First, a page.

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Taking a Closer Look at the Sunrise Movement’s Shady Financials

Social change doesn’t come cheap. It costs time, sweat, will, and of course, money. We live in a society now that is rapidly evolving; voices are being amplified, movements are building — and none of these are more prevalent than the ones regarding the topic of climate change. Since 2016, the subject of what our species is doing (or not doing) to mitigate the damage we inevitably cause to our planet has become front and center in the minds of many.

While environmentalists have long since dominated their own corner of the lobbying universe, there has been another battle cry being sung— this time centering around the “Green New Deal”, a legislative proposal that many environmental groups — and voters — have embraced as a gold standard of sorts. One of the most prominent faces of this issue is The Sunrise Movement.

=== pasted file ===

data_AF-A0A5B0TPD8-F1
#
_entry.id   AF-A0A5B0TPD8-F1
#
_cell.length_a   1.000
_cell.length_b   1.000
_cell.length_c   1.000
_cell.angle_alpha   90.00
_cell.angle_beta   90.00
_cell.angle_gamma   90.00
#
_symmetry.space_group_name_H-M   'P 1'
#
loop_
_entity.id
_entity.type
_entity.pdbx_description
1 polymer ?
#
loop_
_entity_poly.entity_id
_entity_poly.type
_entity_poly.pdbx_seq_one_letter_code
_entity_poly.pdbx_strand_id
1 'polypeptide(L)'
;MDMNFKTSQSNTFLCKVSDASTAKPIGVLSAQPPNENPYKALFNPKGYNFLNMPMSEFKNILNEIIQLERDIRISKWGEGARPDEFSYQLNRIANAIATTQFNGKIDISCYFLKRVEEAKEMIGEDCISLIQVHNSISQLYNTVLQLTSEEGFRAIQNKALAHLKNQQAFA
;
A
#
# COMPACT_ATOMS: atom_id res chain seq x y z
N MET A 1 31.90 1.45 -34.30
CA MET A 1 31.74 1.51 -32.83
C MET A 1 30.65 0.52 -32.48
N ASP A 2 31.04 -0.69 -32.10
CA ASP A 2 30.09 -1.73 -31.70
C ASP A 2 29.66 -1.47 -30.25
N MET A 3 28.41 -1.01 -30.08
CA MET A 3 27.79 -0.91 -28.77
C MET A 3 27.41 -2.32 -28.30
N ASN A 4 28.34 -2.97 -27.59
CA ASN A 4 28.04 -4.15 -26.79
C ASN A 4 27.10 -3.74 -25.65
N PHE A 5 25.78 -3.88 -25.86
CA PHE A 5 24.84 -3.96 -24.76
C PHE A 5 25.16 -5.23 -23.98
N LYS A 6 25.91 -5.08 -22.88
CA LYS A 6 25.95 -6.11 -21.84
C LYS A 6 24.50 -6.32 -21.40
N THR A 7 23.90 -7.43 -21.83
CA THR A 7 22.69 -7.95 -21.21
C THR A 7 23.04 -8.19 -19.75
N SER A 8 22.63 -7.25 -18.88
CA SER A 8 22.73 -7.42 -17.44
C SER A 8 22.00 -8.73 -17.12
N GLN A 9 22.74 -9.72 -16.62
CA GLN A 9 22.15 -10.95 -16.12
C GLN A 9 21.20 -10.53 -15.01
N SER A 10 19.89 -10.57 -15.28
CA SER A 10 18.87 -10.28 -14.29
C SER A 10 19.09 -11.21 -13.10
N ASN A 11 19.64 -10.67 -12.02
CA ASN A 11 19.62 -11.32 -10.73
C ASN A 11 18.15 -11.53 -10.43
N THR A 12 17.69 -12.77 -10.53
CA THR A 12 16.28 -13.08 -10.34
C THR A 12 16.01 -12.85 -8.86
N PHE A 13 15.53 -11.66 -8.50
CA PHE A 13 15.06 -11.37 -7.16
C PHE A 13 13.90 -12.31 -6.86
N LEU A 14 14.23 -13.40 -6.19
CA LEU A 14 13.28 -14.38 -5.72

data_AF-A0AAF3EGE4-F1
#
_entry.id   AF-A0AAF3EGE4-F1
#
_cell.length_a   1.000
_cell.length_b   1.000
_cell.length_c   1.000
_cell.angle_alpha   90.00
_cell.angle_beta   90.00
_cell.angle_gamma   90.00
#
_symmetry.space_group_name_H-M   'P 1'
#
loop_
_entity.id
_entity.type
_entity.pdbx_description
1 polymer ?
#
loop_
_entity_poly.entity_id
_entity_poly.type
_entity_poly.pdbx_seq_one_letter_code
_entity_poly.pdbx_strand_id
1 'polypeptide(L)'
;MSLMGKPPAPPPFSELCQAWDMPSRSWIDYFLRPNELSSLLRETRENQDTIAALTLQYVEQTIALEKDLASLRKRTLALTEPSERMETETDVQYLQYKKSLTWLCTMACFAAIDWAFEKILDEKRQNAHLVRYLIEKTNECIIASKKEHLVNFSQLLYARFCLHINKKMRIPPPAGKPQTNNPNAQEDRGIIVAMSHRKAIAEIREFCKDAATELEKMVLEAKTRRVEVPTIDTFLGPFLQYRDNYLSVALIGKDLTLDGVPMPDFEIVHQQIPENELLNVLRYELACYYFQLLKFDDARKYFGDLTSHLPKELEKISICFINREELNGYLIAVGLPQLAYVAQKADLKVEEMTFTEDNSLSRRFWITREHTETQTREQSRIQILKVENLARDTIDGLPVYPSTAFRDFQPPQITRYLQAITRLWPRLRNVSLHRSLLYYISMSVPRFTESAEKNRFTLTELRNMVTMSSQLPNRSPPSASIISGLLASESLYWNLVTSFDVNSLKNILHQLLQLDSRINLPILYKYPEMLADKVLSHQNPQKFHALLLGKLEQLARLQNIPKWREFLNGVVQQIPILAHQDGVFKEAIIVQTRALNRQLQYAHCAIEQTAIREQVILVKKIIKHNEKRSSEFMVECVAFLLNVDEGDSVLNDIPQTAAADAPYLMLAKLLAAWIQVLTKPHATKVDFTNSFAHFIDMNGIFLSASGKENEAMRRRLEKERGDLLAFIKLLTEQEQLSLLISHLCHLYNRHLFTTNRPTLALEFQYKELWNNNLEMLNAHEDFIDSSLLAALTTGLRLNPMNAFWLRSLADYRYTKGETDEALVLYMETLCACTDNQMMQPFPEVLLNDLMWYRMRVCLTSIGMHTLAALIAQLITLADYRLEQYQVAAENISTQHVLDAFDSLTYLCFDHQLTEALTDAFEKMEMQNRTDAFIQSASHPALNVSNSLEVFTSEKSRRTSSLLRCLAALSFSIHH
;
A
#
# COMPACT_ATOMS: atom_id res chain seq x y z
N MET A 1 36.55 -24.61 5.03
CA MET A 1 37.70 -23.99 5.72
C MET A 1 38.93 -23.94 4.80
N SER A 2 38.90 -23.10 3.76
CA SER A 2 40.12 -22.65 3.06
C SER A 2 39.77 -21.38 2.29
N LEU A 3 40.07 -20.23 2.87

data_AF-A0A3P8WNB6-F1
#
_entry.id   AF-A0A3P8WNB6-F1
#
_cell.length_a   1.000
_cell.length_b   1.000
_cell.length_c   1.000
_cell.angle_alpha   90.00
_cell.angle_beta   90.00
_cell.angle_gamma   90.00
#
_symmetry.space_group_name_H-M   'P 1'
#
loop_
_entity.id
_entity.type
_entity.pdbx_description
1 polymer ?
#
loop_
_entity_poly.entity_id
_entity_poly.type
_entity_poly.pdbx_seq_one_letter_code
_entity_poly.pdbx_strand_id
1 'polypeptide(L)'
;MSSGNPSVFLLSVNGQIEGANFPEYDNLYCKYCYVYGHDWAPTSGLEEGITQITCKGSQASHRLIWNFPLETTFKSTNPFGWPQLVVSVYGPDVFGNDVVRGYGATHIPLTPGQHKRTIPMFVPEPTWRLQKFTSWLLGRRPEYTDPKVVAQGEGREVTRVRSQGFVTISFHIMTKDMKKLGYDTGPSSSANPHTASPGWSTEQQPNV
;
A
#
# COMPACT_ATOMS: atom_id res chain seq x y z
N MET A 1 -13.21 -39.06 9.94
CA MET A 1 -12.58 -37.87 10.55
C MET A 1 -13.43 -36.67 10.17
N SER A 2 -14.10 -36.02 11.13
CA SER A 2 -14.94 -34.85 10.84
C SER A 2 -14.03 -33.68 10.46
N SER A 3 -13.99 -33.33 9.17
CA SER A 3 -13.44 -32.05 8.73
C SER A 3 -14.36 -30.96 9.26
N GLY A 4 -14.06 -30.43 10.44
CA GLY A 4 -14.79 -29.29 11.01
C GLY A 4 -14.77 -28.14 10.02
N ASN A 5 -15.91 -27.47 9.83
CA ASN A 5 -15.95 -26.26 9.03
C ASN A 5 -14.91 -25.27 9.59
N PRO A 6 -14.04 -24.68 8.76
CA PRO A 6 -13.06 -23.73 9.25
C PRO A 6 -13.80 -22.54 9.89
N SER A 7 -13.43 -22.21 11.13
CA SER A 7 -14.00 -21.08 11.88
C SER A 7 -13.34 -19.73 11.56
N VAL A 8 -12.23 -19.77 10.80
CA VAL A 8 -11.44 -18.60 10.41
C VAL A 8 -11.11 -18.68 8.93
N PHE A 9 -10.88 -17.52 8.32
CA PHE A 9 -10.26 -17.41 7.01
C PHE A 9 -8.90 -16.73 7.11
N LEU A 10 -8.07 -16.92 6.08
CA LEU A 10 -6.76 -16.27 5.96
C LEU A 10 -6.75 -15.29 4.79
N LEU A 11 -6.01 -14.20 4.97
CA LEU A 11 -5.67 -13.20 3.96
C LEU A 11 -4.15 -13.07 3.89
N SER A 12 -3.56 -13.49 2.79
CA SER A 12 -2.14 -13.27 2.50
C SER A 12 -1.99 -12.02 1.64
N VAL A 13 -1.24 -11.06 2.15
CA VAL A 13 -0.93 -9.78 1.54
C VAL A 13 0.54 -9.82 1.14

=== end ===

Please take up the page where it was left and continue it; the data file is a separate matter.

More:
The Sunrise Movement describes themselves as a grassroots organization “building an army of young people to stop climate change”. On top of a national office, they have set up branches in states across the country, and one would think that this “movement”, as large as it is becoming, is stunningly natural. They’ve organized marches, massive protests, and even sit-ins in the name of climate change. A truly grassroots movement, one that is wholly organic, is one of the greatest signals of a societal sea change. However, philosophical problems can arise when it comes to the issues of funding — more specifically, the organizations writing the checks and their reasoning for doing so. In order to understand the present, we first must take a look at the organization’s past.